Our holdings include hundreds of glass and film negatives/transparencies that we've scanned ourselves; in addition, many other photos on this site were extracted from reference images (high-resolution tiffs) in the Library of Congress research archive. (To query the database click here.) They are adjusted, restored and reworked by your webmaster in accordance with his aesthetic sensibilities before being downsized and turned into the jpegs you see here. All of these images (including "derivative works") are protected by copyright laws of the United States and other jurisdictions and may not be sold, reproduced or otherwise used for commercial purposes without permission.
Vintage photos of:
A found Kodachrome slide of a Southern California street scene, possibly Alhambra or Pasadena, going by the address labels on other boxes in this collection. "1956" is written on the box cover. View full size.
MERCER'S TRAGIC END
Ball Player, 28, Takes Own Life in San Francisco.SAN FRANCISCO, Jan. 13 -- Winnie D. Mercer, a pitcher for the American baseball team, registered at the Occidental Hotel last evening and was found asphyxiated in his room to-day. Mercer was registered under the name of George Murray and gave his residence as Philadelphia. The watchman of the hotel in making his rounds detected the odor of gas coming from Mercer's room, and, failing to receive a response to his knocking, broke down the door. Clad in his night clothes and lying in the bed with his coat and vest covering his head, Mercer was found. From the gas jet in the center of the room was suspended a rubber tube, and the end of this Mercer had placed in his mouth, after turning the gas full on.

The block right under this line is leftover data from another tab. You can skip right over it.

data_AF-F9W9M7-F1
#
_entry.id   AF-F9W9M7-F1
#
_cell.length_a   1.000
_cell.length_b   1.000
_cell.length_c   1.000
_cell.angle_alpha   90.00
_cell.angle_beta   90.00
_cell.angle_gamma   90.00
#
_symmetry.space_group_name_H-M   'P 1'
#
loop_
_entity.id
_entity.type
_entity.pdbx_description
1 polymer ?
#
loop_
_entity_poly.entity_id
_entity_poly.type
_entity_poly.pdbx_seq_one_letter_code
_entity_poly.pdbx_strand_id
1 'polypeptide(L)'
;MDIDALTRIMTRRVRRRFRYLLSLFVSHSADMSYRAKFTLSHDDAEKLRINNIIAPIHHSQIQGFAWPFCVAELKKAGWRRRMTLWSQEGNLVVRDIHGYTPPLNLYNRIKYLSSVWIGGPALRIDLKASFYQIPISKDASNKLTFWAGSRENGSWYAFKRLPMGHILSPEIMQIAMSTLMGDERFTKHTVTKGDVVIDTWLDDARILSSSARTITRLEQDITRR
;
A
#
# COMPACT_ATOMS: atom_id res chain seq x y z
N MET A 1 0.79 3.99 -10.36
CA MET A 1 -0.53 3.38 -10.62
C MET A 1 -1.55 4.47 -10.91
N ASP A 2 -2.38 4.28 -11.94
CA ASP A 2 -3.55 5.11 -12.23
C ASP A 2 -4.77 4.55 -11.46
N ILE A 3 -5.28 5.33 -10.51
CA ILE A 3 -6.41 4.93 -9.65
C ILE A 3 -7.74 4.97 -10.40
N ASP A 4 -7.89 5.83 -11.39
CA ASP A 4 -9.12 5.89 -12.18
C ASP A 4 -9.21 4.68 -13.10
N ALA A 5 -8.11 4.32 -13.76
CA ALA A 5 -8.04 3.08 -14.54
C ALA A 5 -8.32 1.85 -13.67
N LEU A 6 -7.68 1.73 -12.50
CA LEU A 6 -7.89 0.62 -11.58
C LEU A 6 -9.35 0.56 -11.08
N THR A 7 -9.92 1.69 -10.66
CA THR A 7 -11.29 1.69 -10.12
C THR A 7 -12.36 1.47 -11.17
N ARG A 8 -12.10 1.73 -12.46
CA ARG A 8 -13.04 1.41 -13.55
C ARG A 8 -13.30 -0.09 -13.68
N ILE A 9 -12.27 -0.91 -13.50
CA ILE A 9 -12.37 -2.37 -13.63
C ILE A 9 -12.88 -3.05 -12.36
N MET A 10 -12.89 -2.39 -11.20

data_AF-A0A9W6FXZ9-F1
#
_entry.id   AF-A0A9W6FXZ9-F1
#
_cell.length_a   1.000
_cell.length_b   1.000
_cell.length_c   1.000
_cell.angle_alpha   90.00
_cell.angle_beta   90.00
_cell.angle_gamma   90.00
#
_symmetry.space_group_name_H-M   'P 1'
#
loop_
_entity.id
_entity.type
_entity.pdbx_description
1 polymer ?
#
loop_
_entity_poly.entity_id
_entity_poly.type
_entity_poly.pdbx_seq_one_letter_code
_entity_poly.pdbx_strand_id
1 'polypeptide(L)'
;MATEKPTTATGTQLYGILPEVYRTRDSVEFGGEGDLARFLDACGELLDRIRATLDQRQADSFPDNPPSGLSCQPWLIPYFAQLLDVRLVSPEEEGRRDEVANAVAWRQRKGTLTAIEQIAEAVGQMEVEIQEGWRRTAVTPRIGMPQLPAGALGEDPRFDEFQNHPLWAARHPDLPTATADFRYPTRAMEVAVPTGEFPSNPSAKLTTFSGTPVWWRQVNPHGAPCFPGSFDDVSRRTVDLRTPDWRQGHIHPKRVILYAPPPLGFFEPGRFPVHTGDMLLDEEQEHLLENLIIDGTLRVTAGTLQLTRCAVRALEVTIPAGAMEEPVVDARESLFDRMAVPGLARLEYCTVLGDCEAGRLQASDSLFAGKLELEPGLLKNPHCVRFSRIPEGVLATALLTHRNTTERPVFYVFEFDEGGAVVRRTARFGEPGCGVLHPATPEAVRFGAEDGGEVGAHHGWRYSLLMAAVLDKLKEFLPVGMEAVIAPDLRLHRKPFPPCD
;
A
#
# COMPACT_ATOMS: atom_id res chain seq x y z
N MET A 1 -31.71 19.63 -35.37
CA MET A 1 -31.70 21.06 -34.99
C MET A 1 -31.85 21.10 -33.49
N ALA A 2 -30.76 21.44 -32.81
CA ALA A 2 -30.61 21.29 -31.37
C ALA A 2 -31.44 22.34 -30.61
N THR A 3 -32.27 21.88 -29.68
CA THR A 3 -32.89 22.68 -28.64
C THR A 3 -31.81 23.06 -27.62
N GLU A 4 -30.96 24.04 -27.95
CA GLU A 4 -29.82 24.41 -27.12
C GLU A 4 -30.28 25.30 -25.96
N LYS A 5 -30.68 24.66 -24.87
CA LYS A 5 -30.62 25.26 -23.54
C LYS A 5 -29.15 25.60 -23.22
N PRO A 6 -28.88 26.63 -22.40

Mercer's identity was established by papers found among his effects, one of which read: "Tell Mr. Van Horn, of the Langham Hotel, that Winnie Mercer has taken his life." He also left letters, one to his mother and another to a young lady of East Liverpool, Ohio, expressing regret over his deed and bidding them fond farewells. He left a statement of his financial accounts addressed to Tip O'Neill, and advised his friends to avoid games of chance and women.-- Washington Post, January 14, 1903.
During the week of July 21-27, 1921, Thomas Edison, Henry Ford and Harvey Firestone camped at a site about six miles east of Hancock in Washington County, Maryland. During the weekend, President Warren G. Harding joined the “vagabonds” — the name the wealthy industrialists gave themselves when they camped together. The 200-acre farm where they made camp was located about one mile north of the National Turnpike along Licking Creek. Today, the campsite lies inside Camp Harding County Park. A plaque memorializes the gathering of these famous campers.
July 1921. "Warren Harding at Firestone camp." The president with industrialist Harvey Firestone and the inventor Thomas Edison (napping). Harris & Ewing Collection glass negative. View full size.